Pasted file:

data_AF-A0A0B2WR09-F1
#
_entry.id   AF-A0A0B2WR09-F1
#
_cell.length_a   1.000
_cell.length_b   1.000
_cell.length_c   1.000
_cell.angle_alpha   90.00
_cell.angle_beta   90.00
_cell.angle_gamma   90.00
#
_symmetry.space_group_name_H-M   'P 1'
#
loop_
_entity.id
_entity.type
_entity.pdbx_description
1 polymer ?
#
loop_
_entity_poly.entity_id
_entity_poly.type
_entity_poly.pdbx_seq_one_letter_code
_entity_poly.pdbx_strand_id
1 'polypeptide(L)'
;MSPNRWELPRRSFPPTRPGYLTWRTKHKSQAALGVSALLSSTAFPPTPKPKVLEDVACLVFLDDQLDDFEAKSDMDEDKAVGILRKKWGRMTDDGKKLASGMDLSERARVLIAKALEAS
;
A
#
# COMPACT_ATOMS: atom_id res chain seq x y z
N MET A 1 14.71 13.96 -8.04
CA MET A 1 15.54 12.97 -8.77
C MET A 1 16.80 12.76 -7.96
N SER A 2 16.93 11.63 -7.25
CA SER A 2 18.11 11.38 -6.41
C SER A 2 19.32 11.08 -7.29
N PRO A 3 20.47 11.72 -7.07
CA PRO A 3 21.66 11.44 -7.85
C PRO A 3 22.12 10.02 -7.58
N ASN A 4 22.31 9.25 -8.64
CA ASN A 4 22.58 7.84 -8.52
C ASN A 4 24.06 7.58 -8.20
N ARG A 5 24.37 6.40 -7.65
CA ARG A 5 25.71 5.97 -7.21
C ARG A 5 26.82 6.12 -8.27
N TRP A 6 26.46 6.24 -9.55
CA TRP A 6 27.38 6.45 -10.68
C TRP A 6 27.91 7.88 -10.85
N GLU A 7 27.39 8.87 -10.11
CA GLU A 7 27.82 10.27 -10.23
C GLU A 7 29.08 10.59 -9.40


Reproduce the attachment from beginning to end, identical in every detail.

data_AF-A0A0B2WR09-F1
#
_entry.id   AF-A0A0B2WR09-F1
#
_cell.length_a   1.000
_cell.length_b   1.000
_cell.length_c   1.000
_cell.angle_alpha   90.00
_cell.angle_beta   90.00
_cell.angle_gamma   90.00
#
_symmetry.space_group_name_H-M   'P 1'
#
loop_
_entity.id
_entity.type
_entity.pdbx_description
1 polymer ?
#
loop_
_entity_poly.entity_id
_entity_poly.type
_entity_poly.pdbx_seq_one_letter_code
_entity_poly.pdbx_strand_id
1 'polypeptide(L)'
;MSPNRWELPRRSFPPTRPGYLTWRTKHKSQAALGVSALLSSTAFPPTPKPKVLEDVACLVFLDDQLDDFEAKSDMDEDKAVGILRKKWGRMTDDGKKLASGMDLSERARVLIAKALEAS
;
A
#
# COMPACT_ATOMS: atom_id res chain seq x y z
N MET A 1 14.71 13.96 -8.04
CA MET A 1 15.54 12.97 -8.77
C MET A 1 16.80 12.76 -7.96
N SER A 2 16.93 11.63 -7.25
CA SER A 2 18.11 11.38 -6.41
C SER A 2 19.32 11.08 -7.29
N PRO A 3 20.47 11.72 -7.07
CA PRO A 3 21.66 11.44 -7.85
C PRO A 3 22.12 10.02 -7.58
N ASN A 4 22.31 9.25 -8.64
CA ASN A 4 22.58 7.84 -8.52
C ASN A 4 24.06 7.58 -8.20
N ARG A 5 24.37 6.40 -7.65
CA ARG A 5 25.71 5.97 -7.21
C ARG A 5 26.82 6.12 -8.27
N TRP A 6 26.46 6.24 -9.55
CA TRP A 6 27.38 6.45 -10.68
C TRP A 6 27.91 7.88 -10.85
N GLU A 7 27.39 8.87 -10.11
CA GLU A 7 27.82 10.27 -10.23
C GLU A 7 29.08 10.59 -9.40